This book was a challenge for me because I am not "good" with poetry. The first part of the book has many references to poems which I couldn't really appreciate because I didn't understand what Miss Dickinson was saying. That must have been true for those who worked on publishing her work as they wanted to correct and reword to make things clearer. I also felt the author was determined to find words that no one has ever read and heard before so I had a dictionary at hand. This said, I did finally "get into" the story, and especially enjoyed the last part of the book dealing with the family feud over publication issues concerning Miss Dickinson's many, many poems. It was a sad fate for Emily to suffer from an illness (probably epilepsy) that was not fully understood or treated correctly because it affected her entire life which makes one ask "Did the illness push her to be the poet she was or would she have lived a wholly different existence if she had been healthy?" No way to know, I guess.
  • (4/5)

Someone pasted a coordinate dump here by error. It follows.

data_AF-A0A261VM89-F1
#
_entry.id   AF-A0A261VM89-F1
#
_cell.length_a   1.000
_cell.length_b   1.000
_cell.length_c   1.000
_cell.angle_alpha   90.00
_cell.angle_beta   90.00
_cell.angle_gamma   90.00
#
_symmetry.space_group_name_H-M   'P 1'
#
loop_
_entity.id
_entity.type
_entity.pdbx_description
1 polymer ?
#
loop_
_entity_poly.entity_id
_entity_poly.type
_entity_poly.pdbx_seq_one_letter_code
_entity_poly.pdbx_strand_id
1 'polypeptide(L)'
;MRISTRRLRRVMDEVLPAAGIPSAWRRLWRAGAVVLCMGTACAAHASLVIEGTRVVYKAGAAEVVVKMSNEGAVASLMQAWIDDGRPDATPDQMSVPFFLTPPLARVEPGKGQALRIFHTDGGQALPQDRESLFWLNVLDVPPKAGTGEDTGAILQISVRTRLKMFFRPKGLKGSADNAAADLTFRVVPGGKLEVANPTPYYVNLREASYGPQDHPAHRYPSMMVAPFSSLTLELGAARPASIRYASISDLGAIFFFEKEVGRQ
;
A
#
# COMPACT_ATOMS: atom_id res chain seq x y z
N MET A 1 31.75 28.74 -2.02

I just finished the biog about Emily Dickinson by Lyndall Gordon, Lives Like Loaded Guns: Emily Dickinson and Her Family's Feuds. I'm calling this book "uneven" and giving it 4 stars. For whatever reason, the first half of the book seems to be better written, as if the two halves of the book were written by two different people. My guess is that Gordon simply gave the first half more attention--why is anybody's guess. The second half diverges from the smooth narrative found in the first half, often reading like a draft that needed more work. The author, Lyndall Gordon, is an English biographer, and (thankfully!) she evidently feels no constraints about presenting Emily Dickinson as a real human being, instead of the ethereal myth of so many of the biographies. Frankly, from Emily's letters, some of which are quoted at greater length than in other biogs, we learn that Emily was not always a very nice person. She definitely had trouble with social conventions and "boundaries," particularly when it came to married men and their wives. Gordon believes the reason for Dickinson's reclusiveness was physical--she had epilepsy, a sickness that determined a homebound life. Gordon also goes into great detail about the adulterous relationship between Emily's brother, Austin Dickinson, and his married lover, Mabel Loomis Todd. Her details are frank rather than lurid, showing how the relationship affected the lives of both families, including the next generation. Dickinson dies about halfway through the book, and the second half covers her literary heirs and the feuds between the houses over the papers Dickinson leaves behind: Emily's sister Lavinia and Mabel Todd (first editor of the poems and letters) at the Homestead vs. Sue Dickinson at The Evergreens. The feud is continued into the next generation by the daughters: Millicent, daughter of Mabel Loomis Todd and Mattie Dickinson, Sue's daughter. English majors everywhere studying Dickinson will be fascinated to follow the story of how Dickinson's papers and other artifacts ended up at both Harvard and at Amherst College, plus Todd's papers at Yale. She makes clear how Richard Sewall, the writer of the first major biography of Dickinson, The Life of Emily Dickinson, came to be Millicent's literary executor and how he was influenced by Millicent's campaign to "set the whole network of Dickinson tensions in proper perspective" (394). Gordon shows how Sewall's biography is colored by Millicent's agenda, presenting the affair "from the lovers' point of view. What appears as corroborating evidence is the archive that mother and daughter had constructed and preserved over the course of ninety years" (394). Gordon asserts how in every instance during her taped interviews with Sewall, Millicent comes across as objective and informed, while at every turn making the Todds into victims of the Dickinsons. "To hear the tapes is to understand her impact on a biographer," writes Gordon; she believes that Sewall got a lot of things wrong in his 1974 biography, based on Millicent Todd's influence. "As the standard biography it was a long-term victory for the Todd camp, shaping opinion for decades to come" (395).I'm not sure how much patience the general reader is going to have with the details of the paper trail that make up the second half of the book, but I found Gordon's book to be fascinating and her conclusions compelling--an important addition to the Dickinson bookshelf.